Debating India


Trinamool Congress heading for a split?

Monday 25 April 2005, by DAM*Marcus

The party is divided on the issue of ties with the Congress for the municipal elections in Kolkata.

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Mamata Banerjee

FISSURES WITHIN the leadership of West Bengal’s Trinamool Congress are widening, threatening a split in what is the principal Opposition party in the State. Matters have reached a head between the rival factions, headed by party chairperson Mamata Banerjee and Kolkata Mayor Subrata Mukherjee, over the issue of an alliance with the Congress for the Municipal Corporation elections.

The Left Front camp, in sharp contrast, is a picture of order. It has already released its list of candidates for 138 of the 141 wards. There is an unusually large number of women in its list of nominees, 57 in all (more than the number of wards reserved for women); the average age of its candidates is also lower than in the past.

The differences within the Trinamool have been so sharp that Ms. Banerjee recently suspended two of Mr. Mukherjee’s close associates, both MLAs, from the party even as she stopped short of doing the same to the Mayor. Her announcement that the party will have no truck with the Congress in the civic polls because of its proximity to the Communist Party of India (Marxist) at the Centre has been ridiculed by the faction supporting Mr. Mukherjee.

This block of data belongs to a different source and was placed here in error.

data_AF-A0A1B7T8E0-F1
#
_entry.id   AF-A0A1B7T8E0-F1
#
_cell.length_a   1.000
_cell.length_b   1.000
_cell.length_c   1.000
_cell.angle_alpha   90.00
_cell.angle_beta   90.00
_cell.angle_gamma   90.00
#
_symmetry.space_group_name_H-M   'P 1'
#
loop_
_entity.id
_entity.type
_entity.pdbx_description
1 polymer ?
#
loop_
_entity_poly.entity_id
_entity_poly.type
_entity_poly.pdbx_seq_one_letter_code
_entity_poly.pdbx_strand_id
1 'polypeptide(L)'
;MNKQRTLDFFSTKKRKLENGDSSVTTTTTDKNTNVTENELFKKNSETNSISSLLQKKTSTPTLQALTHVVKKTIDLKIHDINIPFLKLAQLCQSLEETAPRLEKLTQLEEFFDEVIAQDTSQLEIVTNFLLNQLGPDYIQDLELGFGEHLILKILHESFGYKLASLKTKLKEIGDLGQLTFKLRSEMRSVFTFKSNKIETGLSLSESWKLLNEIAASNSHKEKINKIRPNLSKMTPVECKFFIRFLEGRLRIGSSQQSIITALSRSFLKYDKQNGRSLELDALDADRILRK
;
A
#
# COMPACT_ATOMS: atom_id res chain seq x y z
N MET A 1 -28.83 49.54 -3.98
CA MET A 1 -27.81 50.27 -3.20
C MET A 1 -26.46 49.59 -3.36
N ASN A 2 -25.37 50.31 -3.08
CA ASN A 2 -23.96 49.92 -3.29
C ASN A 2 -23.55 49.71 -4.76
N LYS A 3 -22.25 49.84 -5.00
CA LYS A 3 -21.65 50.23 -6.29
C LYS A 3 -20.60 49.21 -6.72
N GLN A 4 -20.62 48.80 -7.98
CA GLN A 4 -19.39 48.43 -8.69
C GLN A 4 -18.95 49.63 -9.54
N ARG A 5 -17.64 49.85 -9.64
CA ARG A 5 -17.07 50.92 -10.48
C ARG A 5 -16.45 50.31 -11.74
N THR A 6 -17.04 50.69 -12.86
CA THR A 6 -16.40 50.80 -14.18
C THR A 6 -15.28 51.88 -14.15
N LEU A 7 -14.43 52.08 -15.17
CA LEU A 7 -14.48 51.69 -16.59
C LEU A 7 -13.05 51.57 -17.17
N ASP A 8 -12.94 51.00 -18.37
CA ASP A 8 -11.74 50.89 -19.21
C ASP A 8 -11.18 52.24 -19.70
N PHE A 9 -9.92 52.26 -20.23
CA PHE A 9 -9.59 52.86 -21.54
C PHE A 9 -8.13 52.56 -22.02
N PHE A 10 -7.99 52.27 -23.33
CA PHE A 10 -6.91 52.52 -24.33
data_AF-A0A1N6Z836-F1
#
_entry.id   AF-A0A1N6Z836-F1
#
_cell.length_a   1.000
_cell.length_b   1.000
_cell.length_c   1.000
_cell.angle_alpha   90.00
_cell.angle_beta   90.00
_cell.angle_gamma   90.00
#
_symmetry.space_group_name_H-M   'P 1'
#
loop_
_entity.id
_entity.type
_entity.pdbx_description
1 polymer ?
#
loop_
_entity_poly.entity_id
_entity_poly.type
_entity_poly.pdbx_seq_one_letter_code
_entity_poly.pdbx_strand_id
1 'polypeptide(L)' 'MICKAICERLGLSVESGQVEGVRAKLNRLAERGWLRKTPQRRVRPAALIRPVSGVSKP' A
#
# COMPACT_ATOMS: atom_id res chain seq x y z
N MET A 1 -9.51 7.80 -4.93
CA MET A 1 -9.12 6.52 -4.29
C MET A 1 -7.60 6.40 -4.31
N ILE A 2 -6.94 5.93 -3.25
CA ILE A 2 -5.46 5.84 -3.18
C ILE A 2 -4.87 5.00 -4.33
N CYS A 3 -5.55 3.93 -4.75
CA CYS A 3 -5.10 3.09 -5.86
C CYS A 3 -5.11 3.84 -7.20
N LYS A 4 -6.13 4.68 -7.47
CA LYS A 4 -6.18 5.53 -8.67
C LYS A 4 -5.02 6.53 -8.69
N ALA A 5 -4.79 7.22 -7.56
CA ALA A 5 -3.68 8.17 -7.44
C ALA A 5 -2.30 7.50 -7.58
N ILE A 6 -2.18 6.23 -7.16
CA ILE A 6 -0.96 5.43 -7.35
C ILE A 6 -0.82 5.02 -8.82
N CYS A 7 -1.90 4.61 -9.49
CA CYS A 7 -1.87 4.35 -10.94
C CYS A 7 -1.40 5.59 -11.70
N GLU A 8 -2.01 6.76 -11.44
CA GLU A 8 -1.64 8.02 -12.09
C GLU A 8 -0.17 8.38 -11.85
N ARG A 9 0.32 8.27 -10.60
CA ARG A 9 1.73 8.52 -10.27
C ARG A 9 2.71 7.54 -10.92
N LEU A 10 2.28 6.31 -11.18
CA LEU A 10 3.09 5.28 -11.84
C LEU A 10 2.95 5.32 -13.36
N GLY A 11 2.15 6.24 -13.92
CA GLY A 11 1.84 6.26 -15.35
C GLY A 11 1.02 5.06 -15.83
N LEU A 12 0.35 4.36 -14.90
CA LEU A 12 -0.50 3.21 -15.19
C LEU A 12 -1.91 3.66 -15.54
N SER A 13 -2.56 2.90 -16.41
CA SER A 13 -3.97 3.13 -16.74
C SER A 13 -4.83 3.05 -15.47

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Subrata Mukherjee

Never before has the rift within the Trinamool’s leadership been so deep. Mr. Mukherjee’s opponents are accusing him of abetting the CPI(M)’s alleged game-plan of splitting of the party. Ms. Banerjee has made it clear that her party will be projecting a new face for Mayor.

Mr. Mukherjee, on the other hand, has taken umbrage at not being invited to a recent meeting of the Trinamool’s working committee of which he is a senior member. He is determined to pursue talks with senior Congress leaders on seat adjustments. There is also talk of his floating a separate forum. This could see the two Trinamool factions in competition in at least some of the wards.

Over the past few weeks, ever since the intra-party differences came out in the open, at least seven Trinamool councillors have left the party to join the Congress whose leadership has been asserting that the party’s doors are open to more. The poor showing of the Trinamool in last year’s Lok Sabha elections when it won one seat, it is being pointed out, is an indication that the party might be on the way to losing its position as the main non-Left party in West Bengal.

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